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Cat rejecting new kitten

post #1 of 5
Thread Starter 
We have a 10-11 month old cat, Sassy(female), adopted from a shelter. Sassy is alone all day, so we adopted a male kitten,(oliver, 8 weeks) from a friend, to keep her company. Just brought him home last night. Sassies nose is out of joint! She attacks the kitten constantly. Biting, poucning on him, etc. We have done our best to still show affection to the older cat. I believe her behaviour to be the result of jealousy. My husband says Sassy if defending her territory. At first he said they are just playing, but I don't think so. The kitten is obviously defending itself, (Hissing, back up)Hubby thinks Sassy will adjust.

Any suggestions to help the transition?

post #2 of 5
It sounds like they are establishing their places in the household. Give them a little while to adjust to each other and they should be fine. As long as they are not hurting each other, I would just let them go ahead and get it over with. If they get too wild, just separate them for a little while. We go through this every time a new cat comes home with me. I have 4 now and they are 1 happy little feline family.
post #3 of 5
There are a number of threads in the archieves on introducing a new cat or kitten to a current resident cat. These threads contain a lot of good information. Some people recommend keeping the new kitten in one room for the first few days, and then introducing any other cats gradually. If you look up toward the top of the page, you will see seven small rectangular boxes. Click on the one that says search, type in the keywords introducing new kitten to older cat or something very similiar, and the threads on introducing two cats will be shown. There are also very knowledgeable people here who can provide you with additional help.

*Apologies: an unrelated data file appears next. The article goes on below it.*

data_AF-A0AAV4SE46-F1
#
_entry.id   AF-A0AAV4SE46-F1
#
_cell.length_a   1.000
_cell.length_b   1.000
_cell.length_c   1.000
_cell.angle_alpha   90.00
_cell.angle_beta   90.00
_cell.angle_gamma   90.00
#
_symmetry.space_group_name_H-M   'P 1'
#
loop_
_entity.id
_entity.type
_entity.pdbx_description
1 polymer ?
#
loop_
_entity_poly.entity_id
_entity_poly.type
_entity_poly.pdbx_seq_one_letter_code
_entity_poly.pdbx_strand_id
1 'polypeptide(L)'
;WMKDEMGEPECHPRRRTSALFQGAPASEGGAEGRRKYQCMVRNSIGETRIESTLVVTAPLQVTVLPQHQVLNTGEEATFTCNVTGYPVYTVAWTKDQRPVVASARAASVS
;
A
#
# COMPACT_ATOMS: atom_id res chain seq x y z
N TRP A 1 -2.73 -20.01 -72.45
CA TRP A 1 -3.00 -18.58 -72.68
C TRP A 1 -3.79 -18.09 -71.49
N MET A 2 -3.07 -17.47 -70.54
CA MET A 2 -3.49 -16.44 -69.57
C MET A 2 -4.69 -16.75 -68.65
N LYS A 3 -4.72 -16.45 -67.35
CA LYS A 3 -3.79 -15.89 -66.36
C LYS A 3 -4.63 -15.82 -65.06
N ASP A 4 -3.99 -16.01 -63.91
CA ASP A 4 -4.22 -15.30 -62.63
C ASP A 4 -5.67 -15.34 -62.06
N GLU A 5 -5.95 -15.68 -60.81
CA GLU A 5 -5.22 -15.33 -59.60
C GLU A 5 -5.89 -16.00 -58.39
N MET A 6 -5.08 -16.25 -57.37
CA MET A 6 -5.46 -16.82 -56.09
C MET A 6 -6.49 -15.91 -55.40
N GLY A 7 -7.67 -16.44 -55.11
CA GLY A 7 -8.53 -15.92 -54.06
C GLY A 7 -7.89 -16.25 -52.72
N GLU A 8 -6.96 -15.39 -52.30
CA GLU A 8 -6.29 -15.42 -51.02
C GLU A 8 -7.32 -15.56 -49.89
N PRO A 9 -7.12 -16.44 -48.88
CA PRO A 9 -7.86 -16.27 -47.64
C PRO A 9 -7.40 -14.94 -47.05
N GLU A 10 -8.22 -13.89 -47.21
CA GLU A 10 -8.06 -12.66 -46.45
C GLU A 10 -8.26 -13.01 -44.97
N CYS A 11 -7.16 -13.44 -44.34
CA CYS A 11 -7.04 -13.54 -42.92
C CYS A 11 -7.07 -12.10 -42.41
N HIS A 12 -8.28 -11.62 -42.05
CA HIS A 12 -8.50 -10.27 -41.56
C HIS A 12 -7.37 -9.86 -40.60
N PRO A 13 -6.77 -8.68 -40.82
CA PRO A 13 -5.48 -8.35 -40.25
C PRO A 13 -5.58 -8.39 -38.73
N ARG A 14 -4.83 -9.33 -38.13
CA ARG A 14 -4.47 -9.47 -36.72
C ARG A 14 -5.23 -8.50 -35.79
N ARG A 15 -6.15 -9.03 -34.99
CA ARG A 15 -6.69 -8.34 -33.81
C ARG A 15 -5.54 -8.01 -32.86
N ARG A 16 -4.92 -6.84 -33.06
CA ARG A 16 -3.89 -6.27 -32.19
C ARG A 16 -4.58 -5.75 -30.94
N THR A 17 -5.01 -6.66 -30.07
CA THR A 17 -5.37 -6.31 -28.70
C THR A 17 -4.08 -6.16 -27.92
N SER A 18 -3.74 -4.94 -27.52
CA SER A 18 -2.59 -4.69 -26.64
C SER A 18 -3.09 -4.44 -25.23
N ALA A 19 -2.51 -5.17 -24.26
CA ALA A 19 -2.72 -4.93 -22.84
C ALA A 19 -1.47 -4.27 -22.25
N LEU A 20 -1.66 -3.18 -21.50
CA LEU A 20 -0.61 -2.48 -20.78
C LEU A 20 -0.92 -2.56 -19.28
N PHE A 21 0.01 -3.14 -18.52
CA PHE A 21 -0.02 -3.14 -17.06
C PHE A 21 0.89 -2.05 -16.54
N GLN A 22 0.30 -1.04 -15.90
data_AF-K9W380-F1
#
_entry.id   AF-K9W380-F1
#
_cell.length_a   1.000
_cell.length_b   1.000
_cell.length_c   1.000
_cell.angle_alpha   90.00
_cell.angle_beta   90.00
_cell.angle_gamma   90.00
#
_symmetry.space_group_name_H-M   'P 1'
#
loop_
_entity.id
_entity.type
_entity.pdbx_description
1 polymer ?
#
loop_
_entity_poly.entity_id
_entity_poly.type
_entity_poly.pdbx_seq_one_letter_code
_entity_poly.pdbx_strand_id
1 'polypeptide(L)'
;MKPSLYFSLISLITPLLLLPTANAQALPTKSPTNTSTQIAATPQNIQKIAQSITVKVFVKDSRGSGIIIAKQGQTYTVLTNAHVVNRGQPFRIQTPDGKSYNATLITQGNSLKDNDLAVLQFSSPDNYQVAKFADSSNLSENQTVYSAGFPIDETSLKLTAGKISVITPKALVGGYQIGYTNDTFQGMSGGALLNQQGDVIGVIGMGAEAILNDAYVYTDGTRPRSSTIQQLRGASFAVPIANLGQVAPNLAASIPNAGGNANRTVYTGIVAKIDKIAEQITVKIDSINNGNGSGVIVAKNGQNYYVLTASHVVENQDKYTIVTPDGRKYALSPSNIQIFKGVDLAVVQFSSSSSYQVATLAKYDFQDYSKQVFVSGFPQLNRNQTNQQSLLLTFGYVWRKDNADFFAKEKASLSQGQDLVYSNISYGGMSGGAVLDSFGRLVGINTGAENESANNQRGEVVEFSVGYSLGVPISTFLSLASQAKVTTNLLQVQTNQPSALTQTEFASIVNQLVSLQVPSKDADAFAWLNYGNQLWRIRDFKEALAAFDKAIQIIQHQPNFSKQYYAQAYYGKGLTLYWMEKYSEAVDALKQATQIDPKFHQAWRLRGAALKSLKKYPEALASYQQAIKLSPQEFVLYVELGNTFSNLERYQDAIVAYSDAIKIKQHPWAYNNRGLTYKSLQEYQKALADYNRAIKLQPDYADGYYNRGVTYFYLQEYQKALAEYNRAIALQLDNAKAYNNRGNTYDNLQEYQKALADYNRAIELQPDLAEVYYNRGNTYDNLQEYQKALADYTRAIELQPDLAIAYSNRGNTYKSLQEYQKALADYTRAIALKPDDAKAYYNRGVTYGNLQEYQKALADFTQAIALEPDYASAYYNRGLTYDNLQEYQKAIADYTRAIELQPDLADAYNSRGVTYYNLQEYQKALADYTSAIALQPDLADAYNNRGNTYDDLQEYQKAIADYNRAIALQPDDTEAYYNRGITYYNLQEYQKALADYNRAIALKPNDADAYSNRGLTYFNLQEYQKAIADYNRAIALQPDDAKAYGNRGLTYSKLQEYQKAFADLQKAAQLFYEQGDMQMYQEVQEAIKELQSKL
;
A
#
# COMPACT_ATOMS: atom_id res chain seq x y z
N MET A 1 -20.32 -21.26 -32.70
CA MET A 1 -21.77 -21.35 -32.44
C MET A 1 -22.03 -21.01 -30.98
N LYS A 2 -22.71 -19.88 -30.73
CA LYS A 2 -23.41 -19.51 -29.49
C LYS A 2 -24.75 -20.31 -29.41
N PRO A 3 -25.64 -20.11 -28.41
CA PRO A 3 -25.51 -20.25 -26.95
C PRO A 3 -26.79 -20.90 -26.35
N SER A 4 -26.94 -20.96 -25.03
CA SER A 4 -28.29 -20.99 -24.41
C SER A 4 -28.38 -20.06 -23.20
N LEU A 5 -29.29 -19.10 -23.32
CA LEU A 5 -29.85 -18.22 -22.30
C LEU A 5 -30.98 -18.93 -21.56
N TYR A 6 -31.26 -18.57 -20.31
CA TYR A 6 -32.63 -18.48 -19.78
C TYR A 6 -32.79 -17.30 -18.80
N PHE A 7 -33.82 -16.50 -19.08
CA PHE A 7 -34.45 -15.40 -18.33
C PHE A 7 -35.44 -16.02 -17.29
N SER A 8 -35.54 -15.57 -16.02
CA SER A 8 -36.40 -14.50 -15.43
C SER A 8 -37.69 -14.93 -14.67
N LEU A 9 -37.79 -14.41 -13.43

post #4 of 5
It's normal behavior for the resident cat to get upset. There is a new cat in her territory. The reason you should seperate them for at least a week is A: When you bring a new cat home it is very possible they could have a virus or any number of things that they can give your resident cat. You want to watch the new cat to make sure they aren't going to get sick.
B: Cats are territorial and creatures of habit. They need time to adjust to new things. By putting the new kitten in a seperate room it gives the resident cat time to smell from under the door and gives you time to gradually introduce the new cat. Just by you coming out of the room with the new cats scent on you, your resident cat can smell you. You can also bring something the resident cat sleeps on into the kittens room. This gives the kitten a chance to smell the other cat. If you do it slow, the resident cat has a little more time to soak in the new change and it less upset when the kitten comes out to play.
post #5 of 5
We have been through this a few times as well. In my experience, I work the new cat into the home slowly...give the old kitty lots of love and keep a close eye on the 2 when they are together. Maybe separate them when you aren't home. They will get used to each other...congrats on the new baby!
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